At the recent Internet Governance Forum (IGF) in Bali, I met Moez Chakchouk, CEO of Tunisian Internet Agency (ATI), who had a fascinating tale to tell.
Pre-revolution, ATI was the agency responsible for all things Internet in Tunisia--the first African country to connect to the Internet. These ranged from dealing with ISPs, running the IXP, domain names, DNS, IP address allocation, as well as censorship and surveillance. One infamous incident the agency faced was when activists started the Ammar404 campaign, referring to the 404 error code for displaying censored pages, in protest against the ATI.
Post-revolution, the options for ATI were understandably bleak. ATI could not operate the way it previously did despite years of building up the country's infrastructure and expertise.
Stepping into his CEO role, Moez had to chart the new course and led the agency on a path of openness and best practices. This process was greatly aided by the local and international civil society as well as Tunisian netizens.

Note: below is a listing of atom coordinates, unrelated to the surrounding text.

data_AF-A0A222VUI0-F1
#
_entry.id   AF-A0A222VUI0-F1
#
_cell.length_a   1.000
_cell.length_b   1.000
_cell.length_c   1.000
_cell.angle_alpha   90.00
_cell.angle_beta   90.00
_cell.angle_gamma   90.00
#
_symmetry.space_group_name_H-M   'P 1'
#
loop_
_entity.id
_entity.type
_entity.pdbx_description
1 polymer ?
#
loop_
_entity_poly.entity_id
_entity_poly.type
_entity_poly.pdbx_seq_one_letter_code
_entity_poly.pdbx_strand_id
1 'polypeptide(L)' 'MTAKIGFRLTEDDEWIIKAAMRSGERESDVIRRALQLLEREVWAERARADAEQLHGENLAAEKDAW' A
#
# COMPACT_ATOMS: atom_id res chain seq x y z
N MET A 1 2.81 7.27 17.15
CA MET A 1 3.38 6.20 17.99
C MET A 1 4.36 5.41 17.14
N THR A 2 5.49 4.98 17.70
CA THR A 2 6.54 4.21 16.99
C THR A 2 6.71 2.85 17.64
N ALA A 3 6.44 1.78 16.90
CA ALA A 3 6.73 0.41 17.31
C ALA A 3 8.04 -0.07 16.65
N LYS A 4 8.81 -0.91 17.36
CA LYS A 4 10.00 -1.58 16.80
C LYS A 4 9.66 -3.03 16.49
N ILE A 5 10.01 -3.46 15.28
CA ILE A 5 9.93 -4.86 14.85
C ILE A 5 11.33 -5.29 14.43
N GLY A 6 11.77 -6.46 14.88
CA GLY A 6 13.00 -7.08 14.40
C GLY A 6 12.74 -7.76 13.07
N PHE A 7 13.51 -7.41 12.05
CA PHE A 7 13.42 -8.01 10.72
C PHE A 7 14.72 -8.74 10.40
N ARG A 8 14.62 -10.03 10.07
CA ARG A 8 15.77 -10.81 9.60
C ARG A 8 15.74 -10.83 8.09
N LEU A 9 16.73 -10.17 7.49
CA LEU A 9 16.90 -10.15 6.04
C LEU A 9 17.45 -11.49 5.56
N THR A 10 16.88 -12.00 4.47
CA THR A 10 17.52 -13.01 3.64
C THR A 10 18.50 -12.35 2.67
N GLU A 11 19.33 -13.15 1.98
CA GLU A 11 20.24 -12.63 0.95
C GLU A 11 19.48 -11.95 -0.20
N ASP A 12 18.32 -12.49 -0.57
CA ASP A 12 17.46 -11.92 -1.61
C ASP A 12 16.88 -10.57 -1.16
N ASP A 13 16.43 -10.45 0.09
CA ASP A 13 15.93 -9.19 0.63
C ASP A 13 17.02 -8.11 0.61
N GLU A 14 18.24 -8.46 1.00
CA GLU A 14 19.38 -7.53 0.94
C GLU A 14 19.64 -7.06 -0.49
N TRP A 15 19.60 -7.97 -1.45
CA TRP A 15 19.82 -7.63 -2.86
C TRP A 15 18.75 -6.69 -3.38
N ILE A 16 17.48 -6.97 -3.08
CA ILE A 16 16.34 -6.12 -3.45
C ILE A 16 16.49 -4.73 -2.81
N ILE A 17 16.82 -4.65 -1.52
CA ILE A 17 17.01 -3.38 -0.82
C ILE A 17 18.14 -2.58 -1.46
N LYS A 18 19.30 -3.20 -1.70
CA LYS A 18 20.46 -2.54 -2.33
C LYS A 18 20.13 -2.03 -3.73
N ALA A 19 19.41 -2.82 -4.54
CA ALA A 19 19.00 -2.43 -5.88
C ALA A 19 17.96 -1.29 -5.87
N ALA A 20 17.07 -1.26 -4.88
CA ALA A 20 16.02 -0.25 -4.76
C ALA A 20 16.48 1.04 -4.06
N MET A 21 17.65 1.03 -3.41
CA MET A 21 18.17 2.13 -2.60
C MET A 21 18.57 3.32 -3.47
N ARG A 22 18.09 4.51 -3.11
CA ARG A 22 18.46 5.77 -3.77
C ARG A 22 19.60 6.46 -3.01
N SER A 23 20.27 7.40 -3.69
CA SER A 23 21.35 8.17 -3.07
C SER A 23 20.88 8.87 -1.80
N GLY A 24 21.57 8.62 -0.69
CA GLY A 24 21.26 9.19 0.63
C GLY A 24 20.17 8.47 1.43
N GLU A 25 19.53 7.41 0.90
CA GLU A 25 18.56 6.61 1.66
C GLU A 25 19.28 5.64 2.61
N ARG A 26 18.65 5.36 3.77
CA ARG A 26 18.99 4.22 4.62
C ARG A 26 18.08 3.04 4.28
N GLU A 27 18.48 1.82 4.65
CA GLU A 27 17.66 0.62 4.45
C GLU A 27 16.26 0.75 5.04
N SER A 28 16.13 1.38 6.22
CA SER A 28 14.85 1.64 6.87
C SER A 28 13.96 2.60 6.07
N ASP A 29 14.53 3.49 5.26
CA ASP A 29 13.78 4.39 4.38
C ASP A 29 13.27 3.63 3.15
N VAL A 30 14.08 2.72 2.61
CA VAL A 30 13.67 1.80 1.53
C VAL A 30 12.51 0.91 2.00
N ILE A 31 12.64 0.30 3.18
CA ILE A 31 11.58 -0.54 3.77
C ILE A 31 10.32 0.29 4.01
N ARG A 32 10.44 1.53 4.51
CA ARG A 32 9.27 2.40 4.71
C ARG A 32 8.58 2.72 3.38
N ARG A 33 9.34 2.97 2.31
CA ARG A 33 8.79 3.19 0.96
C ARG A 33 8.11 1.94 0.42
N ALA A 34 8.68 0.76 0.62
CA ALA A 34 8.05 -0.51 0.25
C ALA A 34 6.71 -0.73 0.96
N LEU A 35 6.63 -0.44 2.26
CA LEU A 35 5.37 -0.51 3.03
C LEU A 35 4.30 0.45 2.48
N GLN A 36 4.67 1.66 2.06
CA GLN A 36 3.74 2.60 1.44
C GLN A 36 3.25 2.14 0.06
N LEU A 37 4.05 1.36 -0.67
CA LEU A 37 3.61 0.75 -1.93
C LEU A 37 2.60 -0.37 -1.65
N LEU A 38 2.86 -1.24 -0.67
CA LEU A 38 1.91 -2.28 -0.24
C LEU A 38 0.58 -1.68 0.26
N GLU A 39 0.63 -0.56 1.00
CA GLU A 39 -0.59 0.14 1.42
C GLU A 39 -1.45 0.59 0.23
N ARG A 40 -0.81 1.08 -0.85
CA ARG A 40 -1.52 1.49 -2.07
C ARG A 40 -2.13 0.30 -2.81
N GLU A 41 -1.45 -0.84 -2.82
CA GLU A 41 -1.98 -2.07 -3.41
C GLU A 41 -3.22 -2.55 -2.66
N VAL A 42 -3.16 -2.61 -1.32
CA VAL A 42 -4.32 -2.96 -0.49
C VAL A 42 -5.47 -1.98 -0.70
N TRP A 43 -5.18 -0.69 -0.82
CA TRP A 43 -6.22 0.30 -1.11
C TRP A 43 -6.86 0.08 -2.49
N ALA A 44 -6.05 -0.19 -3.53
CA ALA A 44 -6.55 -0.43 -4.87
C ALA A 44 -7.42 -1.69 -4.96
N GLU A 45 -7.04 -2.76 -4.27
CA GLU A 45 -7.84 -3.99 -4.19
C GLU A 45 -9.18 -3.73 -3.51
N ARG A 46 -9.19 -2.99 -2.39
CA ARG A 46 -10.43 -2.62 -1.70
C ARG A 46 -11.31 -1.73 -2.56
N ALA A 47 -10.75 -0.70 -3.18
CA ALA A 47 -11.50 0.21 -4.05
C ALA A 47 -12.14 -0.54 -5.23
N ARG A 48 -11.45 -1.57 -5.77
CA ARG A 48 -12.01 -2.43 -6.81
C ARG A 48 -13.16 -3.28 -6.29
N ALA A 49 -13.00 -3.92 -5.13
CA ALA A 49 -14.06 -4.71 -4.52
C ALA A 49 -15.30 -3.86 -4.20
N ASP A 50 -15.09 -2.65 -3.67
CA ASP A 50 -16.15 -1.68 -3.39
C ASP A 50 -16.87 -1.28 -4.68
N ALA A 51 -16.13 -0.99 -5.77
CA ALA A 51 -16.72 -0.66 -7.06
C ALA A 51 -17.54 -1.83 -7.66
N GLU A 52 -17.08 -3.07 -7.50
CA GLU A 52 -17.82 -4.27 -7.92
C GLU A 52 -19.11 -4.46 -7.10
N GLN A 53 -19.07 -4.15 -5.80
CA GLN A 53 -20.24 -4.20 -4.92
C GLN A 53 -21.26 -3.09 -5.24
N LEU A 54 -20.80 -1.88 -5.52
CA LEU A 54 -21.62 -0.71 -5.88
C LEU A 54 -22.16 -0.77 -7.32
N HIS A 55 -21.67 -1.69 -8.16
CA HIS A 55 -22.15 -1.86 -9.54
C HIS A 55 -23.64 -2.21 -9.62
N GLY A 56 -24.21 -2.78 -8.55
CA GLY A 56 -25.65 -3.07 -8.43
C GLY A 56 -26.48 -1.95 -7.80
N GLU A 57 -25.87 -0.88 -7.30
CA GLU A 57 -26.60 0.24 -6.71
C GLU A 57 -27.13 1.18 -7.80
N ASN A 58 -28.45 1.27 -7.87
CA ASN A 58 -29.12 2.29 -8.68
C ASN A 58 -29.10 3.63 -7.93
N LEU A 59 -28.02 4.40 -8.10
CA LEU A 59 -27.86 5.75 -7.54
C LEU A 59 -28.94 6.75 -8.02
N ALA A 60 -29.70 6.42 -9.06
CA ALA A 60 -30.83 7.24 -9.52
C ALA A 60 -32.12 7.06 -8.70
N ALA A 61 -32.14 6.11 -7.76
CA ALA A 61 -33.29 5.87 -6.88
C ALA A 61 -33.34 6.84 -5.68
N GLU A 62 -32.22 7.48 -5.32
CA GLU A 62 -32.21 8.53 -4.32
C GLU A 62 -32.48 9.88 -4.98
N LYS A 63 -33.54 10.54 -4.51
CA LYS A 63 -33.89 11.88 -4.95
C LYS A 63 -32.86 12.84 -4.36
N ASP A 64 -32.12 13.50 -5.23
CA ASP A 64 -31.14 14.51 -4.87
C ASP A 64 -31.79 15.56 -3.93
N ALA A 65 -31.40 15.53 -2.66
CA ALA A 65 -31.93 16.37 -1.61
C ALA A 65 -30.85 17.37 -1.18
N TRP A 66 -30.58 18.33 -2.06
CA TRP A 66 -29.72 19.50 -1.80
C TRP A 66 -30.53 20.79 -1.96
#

ATI gave up its monopoly on Internet exchange services--a private entity now operates a second Internet exchange, removing the single point of failure risk--and introduced IP transit services. Instead of censoring the Web, it now promotes freedom of expression and online privacy.
Ammar404 morphed into 404Labs, an open innovation development labs.
The result? The country's Internet penetration has gone up and commercial operators are queuing up to interconnect traffic for the Maghreb African region.
In light of the developments in Tunisia, I would highlight to those currently involved in censorship and worried they would work themselves out of a job should their country follow the same path, the ATI experience shows they can look forward to more work promoting the Internet than there was stifling it.